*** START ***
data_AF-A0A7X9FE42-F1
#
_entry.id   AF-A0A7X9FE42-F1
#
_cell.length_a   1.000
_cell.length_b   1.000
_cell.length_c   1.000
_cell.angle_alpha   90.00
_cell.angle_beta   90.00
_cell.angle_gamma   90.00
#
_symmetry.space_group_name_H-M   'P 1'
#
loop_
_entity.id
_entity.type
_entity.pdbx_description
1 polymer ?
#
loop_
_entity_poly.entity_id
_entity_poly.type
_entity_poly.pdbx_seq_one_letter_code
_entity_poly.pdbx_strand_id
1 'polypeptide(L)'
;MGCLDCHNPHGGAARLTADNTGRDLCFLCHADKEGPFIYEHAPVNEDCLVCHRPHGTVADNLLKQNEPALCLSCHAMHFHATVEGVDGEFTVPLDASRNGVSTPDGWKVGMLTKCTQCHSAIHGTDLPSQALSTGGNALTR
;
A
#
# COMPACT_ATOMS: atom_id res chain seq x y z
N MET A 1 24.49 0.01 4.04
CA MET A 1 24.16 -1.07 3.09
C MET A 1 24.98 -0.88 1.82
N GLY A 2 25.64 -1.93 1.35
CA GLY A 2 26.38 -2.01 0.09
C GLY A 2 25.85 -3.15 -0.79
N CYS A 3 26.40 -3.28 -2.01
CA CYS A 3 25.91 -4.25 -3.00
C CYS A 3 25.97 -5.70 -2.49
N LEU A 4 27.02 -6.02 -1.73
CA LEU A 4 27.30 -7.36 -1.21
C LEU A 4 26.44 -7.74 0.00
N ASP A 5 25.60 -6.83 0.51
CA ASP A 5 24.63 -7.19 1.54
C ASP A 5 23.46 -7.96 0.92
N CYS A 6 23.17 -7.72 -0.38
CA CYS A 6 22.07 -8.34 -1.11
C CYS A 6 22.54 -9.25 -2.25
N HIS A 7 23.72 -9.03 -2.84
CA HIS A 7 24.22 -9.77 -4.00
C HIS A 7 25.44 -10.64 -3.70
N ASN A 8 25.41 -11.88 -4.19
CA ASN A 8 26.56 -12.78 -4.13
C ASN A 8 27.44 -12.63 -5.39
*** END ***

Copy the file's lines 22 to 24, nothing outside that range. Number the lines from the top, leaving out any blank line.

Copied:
_entity_poly.type
_entity_poly.pdbx_seq_one_letter_code
_entity_poly.pdbx_strand_id